Based on the 1955 novel An Episode of Sparrows by Rumer Godden, Innocent Sinners introduced a little wisp of Cockneydom called Lovejoy (beautifully played by June Archer) who makes a little secret garden in the grounds of a bomb-damaged church somewhere around Pimlico.
She is helped by Tip (Christopher Hey) and Sparkey (Brian Hammond) – some rough but not too rough boys – who steal soil from a rich garden in a local square and end up in the police station. Lovejoy herself steals money from the church though she takes it back in the end.
In the background are spinster sisters Olivia (Flora Robson) and Angela Chesney (Catherine Lacey) – two rich and far-off spectators at these goings-on. Olivia is sympathetic and understanding, while Angela is hard and unsympathetic.
The little heroine, whose touring actress mother (Vanda Godsell) is worthless and has deserted her, finds a surrogate father in an ambitious but poverty-crippled local restaurateur named Vincent (hauntingly well-played by David Kossoff).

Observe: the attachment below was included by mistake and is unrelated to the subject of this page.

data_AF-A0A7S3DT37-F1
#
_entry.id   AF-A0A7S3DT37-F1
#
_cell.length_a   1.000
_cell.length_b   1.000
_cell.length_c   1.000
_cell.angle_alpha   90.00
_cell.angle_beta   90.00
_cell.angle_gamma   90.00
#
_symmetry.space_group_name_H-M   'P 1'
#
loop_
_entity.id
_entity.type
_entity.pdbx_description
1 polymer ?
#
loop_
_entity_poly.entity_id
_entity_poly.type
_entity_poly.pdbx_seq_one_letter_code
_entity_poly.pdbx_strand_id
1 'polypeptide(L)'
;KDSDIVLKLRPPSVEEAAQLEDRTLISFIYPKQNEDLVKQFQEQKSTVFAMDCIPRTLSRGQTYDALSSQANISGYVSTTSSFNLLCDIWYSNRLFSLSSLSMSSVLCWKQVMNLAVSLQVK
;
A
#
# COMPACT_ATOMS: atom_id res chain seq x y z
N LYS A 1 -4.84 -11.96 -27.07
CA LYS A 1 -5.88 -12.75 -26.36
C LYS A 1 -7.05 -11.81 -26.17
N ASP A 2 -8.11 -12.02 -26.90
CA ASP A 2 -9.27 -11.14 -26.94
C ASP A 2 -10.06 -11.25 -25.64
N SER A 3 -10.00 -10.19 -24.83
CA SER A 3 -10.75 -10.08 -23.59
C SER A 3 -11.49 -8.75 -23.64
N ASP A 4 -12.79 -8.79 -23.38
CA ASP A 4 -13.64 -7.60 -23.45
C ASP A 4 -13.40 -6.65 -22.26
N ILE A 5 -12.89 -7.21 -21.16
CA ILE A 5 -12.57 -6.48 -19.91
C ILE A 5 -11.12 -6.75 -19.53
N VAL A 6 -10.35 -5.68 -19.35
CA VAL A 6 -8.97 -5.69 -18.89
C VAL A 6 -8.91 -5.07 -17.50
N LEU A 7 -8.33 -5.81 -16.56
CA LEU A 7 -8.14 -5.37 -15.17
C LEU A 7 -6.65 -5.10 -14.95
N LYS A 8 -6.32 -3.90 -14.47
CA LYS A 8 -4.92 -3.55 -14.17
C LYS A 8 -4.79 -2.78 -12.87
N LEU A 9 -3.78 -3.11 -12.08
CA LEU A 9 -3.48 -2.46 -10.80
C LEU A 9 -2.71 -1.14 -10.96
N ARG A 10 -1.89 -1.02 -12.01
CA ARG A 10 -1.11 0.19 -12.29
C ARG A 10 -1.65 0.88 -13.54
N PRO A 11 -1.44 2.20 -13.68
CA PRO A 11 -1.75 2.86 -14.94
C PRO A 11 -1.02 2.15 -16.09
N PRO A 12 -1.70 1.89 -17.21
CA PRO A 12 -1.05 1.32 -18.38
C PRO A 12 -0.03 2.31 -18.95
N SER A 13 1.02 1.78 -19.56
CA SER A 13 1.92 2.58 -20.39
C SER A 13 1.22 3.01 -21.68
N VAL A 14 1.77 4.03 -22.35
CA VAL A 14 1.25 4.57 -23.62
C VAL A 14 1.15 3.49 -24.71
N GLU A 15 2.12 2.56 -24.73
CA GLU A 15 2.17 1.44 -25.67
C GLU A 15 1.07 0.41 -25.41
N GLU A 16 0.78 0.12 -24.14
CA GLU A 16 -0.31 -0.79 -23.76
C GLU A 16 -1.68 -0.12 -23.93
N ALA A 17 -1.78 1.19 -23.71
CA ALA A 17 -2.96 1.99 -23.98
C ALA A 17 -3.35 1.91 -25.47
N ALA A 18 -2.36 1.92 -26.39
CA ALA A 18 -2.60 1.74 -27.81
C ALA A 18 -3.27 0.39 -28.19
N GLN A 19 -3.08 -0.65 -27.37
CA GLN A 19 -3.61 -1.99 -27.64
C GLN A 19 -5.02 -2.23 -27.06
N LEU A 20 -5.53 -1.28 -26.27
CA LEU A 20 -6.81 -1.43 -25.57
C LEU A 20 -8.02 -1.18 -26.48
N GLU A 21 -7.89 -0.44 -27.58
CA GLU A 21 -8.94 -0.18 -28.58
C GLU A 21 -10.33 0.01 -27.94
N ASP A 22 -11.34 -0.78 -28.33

Lovejoy eventually learns that her garden must be destroyed (a developer is rebuilding the church) and saves her prized rose to give to Olivia.
Sadly, the old lady dies suddenly. Olivia, however, has left an unsigned will bequeathing Vincent money to open a West End restaurant, provided he and his wife (Barbara Mullen) keep Lovejoy.
At first, Angela will not agree to the terms, but the rose eventually softens her heart, and everybody is happy.
The film is extraordinarily sensitive and worthwhile without ever becoming mawkish and is reminiscent at times of The Kidnappers (1953), which was the work of the same director, Philip Leacock.
Lovejoy’s Mother (Bertha Mason)